Turkey on Tuesday will mark the Commemoration of Atatürk, Youth and Sports Day that, like another festival in April, combines patriotic sentiment with celebration of the youth.
The day originally marks the 96th anniversary of the arrival of Mustafa Kemal Atatürk, founder of modern Turkey, in the Black Sea city of Samsun. Atatürk, then a top commander in the Ottoman Army, had secretly traveled there from Istanbul, which was occupied by the Allies following World War I. His arrival is commonly called the "first step" in Turkey's War of Independence that eventually led to the foundation of Republic of Turkey. With the assistance of top commanders and opinion leaders, Atatürk managed to mobilize forces and the public long daunted by the war.
However, this national day has also been celebrated as Youth and Sports Day since 1938 because Atatürk decided to dedicate the day to the youth, like he dedicated National Sovereignty Day on April 23 to children.
On the patriotic side, the day will be marked with a visit to Atatürk's mausoleum in the capital Ankara by the public and political figures. The main event will take place in Samsun where a 1,919-meter-long Turkish flag will be carried by some of the nation's youth. Then, a group of amateur actors will re-enact the landing of Atatürk and his comrades-in-arms in Samsun after they arrived in a shoddy boat, risking capture by the Allies. Another ritual will be the handover of soil brought from the birth house of Atatürk in Greece's Thessaloniki wrapped in a Turkish flag. Then, an aerial stunt team from the Turkish Armed Forces is scheduled to perform aerial stunts.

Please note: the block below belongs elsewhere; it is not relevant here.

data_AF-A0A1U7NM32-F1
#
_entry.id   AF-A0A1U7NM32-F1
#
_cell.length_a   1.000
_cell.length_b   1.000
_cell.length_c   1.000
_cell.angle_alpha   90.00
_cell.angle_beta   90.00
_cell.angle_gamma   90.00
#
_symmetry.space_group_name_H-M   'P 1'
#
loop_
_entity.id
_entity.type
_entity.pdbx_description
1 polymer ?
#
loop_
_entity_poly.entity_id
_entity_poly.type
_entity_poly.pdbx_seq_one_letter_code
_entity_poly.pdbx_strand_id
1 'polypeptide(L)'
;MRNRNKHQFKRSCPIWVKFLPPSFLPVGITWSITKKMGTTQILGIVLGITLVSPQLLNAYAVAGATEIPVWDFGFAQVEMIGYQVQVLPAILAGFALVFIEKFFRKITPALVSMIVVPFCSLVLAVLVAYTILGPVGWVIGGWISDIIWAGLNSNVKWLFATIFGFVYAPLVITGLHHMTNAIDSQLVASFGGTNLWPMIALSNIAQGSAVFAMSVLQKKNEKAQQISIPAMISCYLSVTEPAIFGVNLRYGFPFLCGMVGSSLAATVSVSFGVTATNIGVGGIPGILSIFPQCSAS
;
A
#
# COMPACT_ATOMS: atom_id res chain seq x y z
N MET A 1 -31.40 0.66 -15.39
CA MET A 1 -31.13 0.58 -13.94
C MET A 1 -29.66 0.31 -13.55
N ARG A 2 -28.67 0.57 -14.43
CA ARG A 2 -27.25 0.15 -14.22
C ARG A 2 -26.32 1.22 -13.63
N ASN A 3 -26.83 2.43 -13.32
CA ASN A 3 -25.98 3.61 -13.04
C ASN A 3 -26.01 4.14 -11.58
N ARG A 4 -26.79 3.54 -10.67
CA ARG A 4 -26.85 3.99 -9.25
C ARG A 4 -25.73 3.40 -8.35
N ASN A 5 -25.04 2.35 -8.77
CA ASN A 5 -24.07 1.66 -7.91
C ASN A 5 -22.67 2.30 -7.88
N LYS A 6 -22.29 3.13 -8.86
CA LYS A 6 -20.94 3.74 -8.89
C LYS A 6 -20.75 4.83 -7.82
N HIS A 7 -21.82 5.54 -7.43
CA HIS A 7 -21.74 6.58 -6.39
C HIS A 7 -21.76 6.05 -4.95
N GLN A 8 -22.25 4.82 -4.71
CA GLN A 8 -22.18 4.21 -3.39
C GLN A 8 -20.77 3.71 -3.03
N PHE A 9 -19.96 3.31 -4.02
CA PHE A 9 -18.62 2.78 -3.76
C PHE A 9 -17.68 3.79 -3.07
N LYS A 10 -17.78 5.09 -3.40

On the youth and sports side, the day will be a challenge for high school and grade school youth who have been rehearsing for days to stage well-choreographed dance shows. The scale of the celebrations involving dances and human pyramids were downgraded in the recent years, much to the joy of students who were forced to train for days under sweltering heat and in tights to perfect the athletic routines - although they are still in place in many cities. Critics of the celebrations had complained for years that the ceremonies to mark this important date were reduced to a militaristic ritual characteristic of the old Soviet regime and current North Korean regime. In turn, the government began organizing sports events such as marathons and tournaments in the recent years as part of festivities.
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